Hungary's parliament has passed a resolution authorizing the government to hold a national referendum on LGBT issues, putting the right-wing ruling party further at odds with the European Union and activists who view laws passed earlier this year as discriminatory.
Lawmakers from Prime Minister Viktor Orban's Fidesz party on November 30 approved four referendum questions related to sex-education programs in schools and the presentation of sexual content in the media.
'The Hungarian government proposes that citizens should have a chance to express their stance on the issues of gender propaganda,' Deputy Minister Balazs Orban told parliament.
'We are committed. We believe that we...have to say no to LGBT propaganda in schools carried out with the help of NGOs and media, without parental consent.'
Prime Minister Orban has pushed for a referendum after the government passed a series of laws in June that the European Commission and members of the LGBT community view as an attack on the rights of LGBT people by stigmatizing sexual minorities and stifling discourse on sexual orientation.
The laws, which were added to legislation strengthening penalties for crimes of pedophilia, sets limits on schools' teaching about homosexuality and transgender issues as well as the depiction of LGBT content in the media.
Orban says the LGBT-related measures aim to protect children and families and do not target adults.
The European Commission, the bloc's executive, launched two separate legal proceedings against Hungary's government over what it called infringements on LGBT rights.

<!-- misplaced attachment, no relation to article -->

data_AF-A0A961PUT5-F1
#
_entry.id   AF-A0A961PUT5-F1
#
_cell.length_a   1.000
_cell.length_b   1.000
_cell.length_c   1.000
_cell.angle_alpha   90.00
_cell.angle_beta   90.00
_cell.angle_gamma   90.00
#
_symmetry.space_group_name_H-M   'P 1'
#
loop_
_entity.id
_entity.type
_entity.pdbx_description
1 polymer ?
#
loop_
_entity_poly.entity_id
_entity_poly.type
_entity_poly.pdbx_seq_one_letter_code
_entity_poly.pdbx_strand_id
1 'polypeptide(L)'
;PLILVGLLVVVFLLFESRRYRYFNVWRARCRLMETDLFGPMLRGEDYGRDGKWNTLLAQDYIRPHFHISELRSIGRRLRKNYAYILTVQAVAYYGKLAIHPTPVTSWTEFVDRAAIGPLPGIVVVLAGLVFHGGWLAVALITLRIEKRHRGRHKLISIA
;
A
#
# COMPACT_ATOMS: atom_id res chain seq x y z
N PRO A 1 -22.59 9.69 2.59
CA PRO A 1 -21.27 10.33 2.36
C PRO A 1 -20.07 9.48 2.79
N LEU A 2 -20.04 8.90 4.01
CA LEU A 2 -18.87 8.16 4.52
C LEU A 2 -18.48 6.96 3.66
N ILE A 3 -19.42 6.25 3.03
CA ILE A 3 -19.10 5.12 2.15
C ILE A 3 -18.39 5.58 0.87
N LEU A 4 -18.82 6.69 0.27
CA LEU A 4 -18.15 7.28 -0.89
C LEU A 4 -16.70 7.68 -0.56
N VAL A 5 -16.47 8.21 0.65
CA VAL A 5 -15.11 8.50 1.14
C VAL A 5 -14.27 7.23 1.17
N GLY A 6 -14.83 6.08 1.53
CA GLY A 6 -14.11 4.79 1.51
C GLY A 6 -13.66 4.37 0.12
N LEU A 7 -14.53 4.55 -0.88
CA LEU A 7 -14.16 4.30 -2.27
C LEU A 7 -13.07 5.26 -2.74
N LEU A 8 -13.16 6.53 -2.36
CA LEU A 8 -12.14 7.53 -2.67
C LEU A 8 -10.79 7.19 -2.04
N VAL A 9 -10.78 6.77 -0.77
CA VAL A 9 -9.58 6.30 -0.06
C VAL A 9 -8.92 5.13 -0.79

The referendum questions will ask whether voters support sexual-orientation lessons for minors in public education without parental consent as well as whether they back the 'promotion' of gender-reassignment treatment for minors.
Voters will also be asked whether they support 'unrestricted sexual media content for minors that affects their development' and the 'display of gender-sensitive media content to minors.'
Based on the parliamentary vote, the referendum can be held alongside national elections scheduled for the spring in which Orban and his Fidesz party are expected to face stiff competition for the first time in nearly a decade.
The government argues that holding the referendum the same day as parliamentary elections would save money, but critics say the timing is designed to shore up Orban's conservative base.
Critics say Fidesz has stepped up its anti-LGBT campaign as part of an ongoing drive to depict itself as the guardian of Christian values against Western liberalism that also included blocking migrants from transiting Hungary and closing down privately-owned liberal media institutions.
With reporting by RFE/RL's Hungarian Service, AP, and Reuters
Copyright (c) 2018. RFE/RL, Inc. Republished with the permission of Radio Free Europe/Radio Liberty, Washington DC 20036